The history of sports abounds with stories of singular achievements by individuals reaching mythic proportions. Don Bradman’s batting average of 99.94, Wilt Chamberlain’s 100-point game, Nadia Comaneci’s perfect 10, Bob Beamon’s 8.90m long jump.

The imperative word here is “individuals.”

The record belongs to one man or woman, a number indelibly linked to him or her.

READ: Novak Djokovic joins Federer, Nadal in rare Channel Slam triumph after Wimbledon win

But perhaps never before have three individuals achieved such levels in their sport simultaneously – statistically and otherwise – as Novak Djokovic, Rafael Nadal and Roger Federer have.

On Sunday, by winning the Wimbledon men’s singles title for the sixth time, Djokovic tied his two contemporaries with 20 Grand Slams of his own. The Serbian world No. 1 defeated Matteo Berrettini, seeded seventh and playing his first Grand Slam final, to post his 21st consecutive win on the grass of the All England Club, dating back to 2018, as well as his 21st consecutive Grand Slam match win, going back to the beginning of the year.

Djokovic’s sixth Wimbledon crown marks the third time in his career, after 2011 and ’15, that he has won three of the four Majors in a single year – a feat that Federer achieved in 2004, ’05 and ’07 and Nadal in 2010.

Amazingly, of the three holders of 20 Grand Slam each, only Djokovic has been able to the win the Australian Open and the French Open in the same year, completing his non-calendar year Grand Slam with the two titles in 2016, but the Serbian then lost in the third round of Wimbledon.

In 2021, 28 days after becoming only the third man in history after Roy Emerson and Rod Laver to win every Grand Slam singles title twice, Djokovic holds the third Major of the year as well, and is on course to become the third man to win the calendar year Grand Slam, after Laver and Don Budge.


While the Big Three have set their own standard in men’s tennis, Serena Williams’ pursuit of Margaret Court’s all-time record of 24 Grand Slam singles titles seems to be shuddering and stuttering to halt. The American last won a Major at the Australian Open in 2017. She then left the tour to give birth to her daughter Alexis Olympia Ohanian Jr, but since her return in early 2018, the former world No. 1 has failed to add to her tally despite reaching four finals, at Wimbledon and the US Open in 2018 and ’19.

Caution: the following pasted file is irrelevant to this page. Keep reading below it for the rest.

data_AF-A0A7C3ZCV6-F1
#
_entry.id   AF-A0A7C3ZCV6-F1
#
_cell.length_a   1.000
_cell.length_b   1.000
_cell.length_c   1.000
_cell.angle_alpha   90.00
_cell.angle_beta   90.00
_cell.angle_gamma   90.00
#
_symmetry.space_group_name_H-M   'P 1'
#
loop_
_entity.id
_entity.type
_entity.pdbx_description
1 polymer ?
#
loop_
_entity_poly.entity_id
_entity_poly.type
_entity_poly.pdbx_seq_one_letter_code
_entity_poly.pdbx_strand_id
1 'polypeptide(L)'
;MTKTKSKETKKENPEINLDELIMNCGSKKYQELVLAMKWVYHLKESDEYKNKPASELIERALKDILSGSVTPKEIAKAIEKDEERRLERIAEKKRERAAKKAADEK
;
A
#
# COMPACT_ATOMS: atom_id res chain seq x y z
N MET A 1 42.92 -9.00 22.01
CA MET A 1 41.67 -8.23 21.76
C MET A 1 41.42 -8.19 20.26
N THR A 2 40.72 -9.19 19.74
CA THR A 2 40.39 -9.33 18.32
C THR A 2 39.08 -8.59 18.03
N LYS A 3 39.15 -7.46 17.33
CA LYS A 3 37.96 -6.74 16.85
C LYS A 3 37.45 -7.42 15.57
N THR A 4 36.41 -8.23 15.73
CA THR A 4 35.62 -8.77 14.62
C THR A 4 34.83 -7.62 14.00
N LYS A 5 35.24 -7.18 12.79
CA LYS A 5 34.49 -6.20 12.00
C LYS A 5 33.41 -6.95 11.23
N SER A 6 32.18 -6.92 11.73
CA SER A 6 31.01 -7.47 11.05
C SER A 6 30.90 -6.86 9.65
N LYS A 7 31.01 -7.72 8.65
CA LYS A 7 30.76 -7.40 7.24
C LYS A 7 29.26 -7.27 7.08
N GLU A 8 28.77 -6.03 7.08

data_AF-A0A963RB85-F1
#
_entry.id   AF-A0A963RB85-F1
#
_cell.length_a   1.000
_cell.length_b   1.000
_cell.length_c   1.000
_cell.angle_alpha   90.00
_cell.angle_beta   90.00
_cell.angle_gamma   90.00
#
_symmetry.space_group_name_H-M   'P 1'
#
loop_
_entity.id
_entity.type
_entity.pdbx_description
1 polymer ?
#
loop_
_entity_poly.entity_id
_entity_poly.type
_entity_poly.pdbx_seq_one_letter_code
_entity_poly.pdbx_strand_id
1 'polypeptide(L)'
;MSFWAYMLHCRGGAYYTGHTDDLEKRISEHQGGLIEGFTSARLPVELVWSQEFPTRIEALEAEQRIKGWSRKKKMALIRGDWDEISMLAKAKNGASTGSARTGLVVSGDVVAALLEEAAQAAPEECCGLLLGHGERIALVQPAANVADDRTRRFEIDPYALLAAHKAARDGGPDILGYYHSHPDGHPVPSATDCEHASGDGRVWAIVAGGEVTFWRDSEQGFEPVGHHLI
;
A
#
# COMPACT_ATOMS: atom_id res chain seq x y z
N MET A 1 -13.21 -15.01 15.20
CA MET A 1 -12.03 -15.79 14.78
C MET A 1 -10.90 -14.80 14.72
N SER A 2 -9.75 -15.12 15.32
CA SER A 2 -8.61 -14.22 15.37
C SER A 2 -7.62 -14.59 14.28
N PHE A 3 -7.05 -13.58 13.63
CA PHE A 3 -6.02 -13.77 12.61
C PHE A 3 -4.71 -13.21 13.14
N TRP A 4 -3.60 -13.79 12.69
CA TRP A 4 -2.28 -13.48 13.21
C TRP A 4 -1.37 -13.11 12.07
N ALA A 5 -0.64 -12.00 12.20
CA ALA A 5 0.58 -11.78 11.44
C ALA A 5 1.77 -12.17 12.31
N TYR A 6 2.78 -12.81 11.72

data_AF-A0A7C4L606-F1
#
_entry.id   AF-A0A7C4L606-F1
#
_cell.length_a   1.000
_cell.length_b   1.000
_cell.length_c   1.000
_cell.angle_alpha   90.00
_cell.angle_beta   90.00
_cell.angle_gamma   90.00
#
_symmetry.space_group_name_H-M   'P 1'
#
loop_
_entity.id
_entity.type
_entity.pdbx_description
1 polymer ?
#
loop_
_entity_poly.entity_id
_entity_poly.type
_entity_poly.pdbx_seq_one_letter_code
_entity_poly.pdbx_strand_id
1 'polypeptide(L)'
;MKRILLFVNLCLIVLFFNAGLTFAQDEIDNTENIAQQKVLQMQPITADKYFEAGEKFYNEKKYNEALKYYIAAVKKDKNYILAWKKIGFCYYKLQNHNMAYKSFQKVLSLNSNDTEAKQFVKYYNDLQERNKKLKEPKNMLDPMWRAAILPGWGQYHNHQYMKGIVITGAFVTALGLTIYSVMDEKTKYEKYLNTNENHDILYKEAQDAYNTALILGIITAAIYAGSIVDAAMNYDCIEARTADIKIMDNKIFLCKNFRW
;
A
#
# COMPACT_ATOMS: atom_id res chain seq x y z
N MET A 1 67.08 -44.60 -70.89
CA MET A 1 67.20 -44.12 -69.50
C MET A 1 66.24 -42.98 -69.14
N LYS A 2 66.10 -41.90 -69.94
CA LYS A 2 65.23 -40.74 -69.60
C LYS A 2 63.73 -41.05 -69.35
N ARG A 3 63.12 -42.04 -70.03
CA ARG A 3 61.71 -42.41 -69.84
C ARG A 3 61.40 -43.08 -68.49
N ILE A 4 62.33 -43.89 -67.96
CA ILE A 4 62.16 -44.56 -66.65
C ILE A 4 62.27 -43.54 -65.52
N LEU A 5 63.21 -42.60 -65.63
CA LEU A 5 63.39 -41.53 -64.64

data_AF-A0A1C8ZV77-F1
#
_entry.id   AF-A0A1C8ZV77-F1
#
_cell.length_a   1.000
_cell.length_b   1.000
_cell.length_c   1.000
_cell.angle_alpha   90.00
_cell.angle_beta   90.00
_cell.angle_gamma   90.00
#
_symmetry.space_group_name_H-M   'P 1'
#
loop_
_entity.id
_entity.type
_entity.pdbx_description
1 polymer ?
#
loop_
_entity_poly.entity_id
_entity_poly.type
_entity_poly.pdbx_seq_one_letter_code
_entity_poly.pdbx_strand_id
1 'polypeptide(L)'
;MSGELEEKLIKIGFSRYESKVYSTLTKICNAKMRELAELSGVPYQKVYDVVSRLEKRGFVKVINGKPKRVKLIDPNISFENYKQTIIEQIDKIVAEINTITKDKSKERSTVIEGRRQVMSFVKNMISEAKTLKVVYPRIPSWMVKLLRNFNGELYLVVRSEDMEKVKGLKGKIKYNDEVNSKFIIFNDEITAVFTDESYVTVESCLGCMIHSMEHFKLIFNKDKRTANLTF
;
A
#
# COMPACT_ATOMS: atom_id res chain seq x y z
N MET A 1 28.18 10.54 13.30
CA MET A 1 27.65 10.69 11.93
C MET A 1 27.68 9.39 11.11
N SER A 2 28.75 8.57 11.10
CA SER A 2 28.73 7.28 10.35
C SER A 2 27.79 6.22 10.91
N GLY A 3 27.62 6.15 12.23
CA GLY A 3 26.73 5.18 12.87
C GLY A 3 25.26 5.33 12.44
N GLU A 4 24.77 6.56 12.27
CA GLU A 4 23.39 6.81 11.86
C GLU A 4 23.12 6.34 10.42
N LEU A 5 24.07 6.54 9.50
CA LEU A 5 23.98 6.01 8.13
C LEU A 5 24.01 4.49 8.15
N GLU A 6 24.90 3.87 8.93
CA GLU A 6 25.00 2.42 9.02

Williams, who turns 40 on September 26, lost in the first round at this year’s Wimbledon. She retired from her first-round match against Aliaksandra Sasnovich at three-all in the first set – only the second time in 24 years on the tour that she has gone out at this stage of a Grand Slam.

Williams is the same age as Federer, who turns 40 on August 8. Federer’s own pursuit of more Grand Slam titles has hit pause since he collected two Australian Opens and one Wimbledon in 2017 and ’18. After sitting out most of last season due the pandemic and two surgeries, he returned to Grand Slam action at the French Open – he skipped the tournament four of the last five years, but made the semis in 2019 – and got as far as the quarterfinals at this year’s Wimbledon, where he lost in straight sets to Hubert Hurkacz with a bagel in the third.

Simple mathematics will tell you that Williams has the greatest chance of matching Court’s mark – she is just one short, after all. That the record will be matched is a given, but the indefatigable Nadal, 35, and the all-conquering Djokovic, 34, have joined the race to get there first.

In tennis, Court’s 24 Grand Slam singles titles are spoken of in the same breath as Laver’s calendar year Grand Slams in 1962 and ’69. But increasingly, Laver’s achievements are spoken of simply to give perspective to those of the Big Three.

Federer, Nadal and Djokovic have built auras of mythic proportions not just individually, but collectively as well, their achievements spoken of in the same breath, their legacies intertwined. Today, Novak Djokovic stands as the first among equals, so to say. But the Serbian has won eight of the last 13 Grand Slams – all after the age of 30. He has age on his side – and knees, as Nadal’s critics will say – and with it, as the last of the Big Three to reach the mark of 20, a chance to no longer stand on the shoulders of giants, but to be one himself.